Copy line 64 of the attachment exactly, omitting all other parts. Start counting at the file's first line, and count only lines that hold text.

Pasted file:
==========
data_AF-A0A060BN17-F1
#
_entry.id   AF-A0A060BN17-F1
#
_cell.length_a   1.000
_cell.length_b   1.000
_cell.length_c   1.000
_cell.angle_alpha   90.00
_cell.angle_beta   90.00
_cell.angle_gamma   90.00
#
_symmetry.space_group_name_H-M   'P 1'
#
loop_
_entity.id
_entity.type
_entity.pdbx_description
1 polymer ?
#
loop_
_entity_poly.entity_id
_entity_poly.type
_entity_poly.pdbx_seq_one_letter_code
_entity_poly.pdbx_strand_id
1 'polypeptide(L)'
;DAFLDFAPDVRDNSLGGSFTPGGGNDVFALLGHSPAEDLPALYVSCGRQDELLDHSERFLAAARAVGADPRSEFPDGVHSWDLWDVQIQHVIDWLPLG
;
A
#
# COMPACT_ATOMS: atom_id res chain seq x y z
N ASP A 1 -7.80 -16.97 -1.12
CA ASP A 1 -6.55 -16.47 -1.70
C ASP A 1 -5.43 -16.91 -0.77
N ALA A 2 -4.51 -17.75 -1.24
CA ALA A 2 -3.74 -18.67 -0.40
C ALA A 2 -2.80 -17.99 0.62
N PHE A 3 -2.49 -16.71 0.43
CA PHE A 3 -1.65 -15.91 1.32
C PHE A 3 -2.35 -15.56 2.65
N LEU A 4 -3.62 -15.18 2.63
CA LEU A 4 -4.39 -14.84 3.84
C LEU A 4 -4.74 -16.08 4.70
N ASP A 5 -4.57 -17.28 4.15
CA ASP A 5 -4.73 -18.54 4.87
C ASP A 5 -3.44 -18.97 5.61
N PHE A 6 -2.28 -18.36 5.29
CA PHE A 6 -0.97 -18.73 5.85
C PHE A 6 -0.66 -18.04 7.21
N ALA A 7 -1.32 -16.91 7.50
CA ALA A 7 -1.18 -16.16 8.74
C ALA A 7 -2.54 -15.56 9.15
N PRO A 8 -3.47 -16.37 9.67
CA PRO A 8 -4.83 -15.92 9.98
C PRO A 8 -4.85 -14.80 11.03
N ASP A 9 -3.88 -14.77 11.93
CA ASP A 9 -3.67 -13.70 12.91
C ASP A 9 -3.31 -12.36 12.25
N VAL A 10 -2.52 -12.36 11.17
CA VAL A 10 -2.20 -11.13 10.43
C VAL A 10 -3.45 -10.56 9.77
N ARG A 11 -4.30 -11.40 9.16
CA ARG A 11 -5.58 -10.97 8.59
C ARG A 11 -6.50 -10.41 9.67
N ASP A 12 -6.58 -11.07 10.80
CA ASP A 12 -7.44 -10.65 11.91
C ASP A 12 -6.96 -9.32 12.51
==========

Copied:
N ASP A 12 -6.58 -11.07 10.80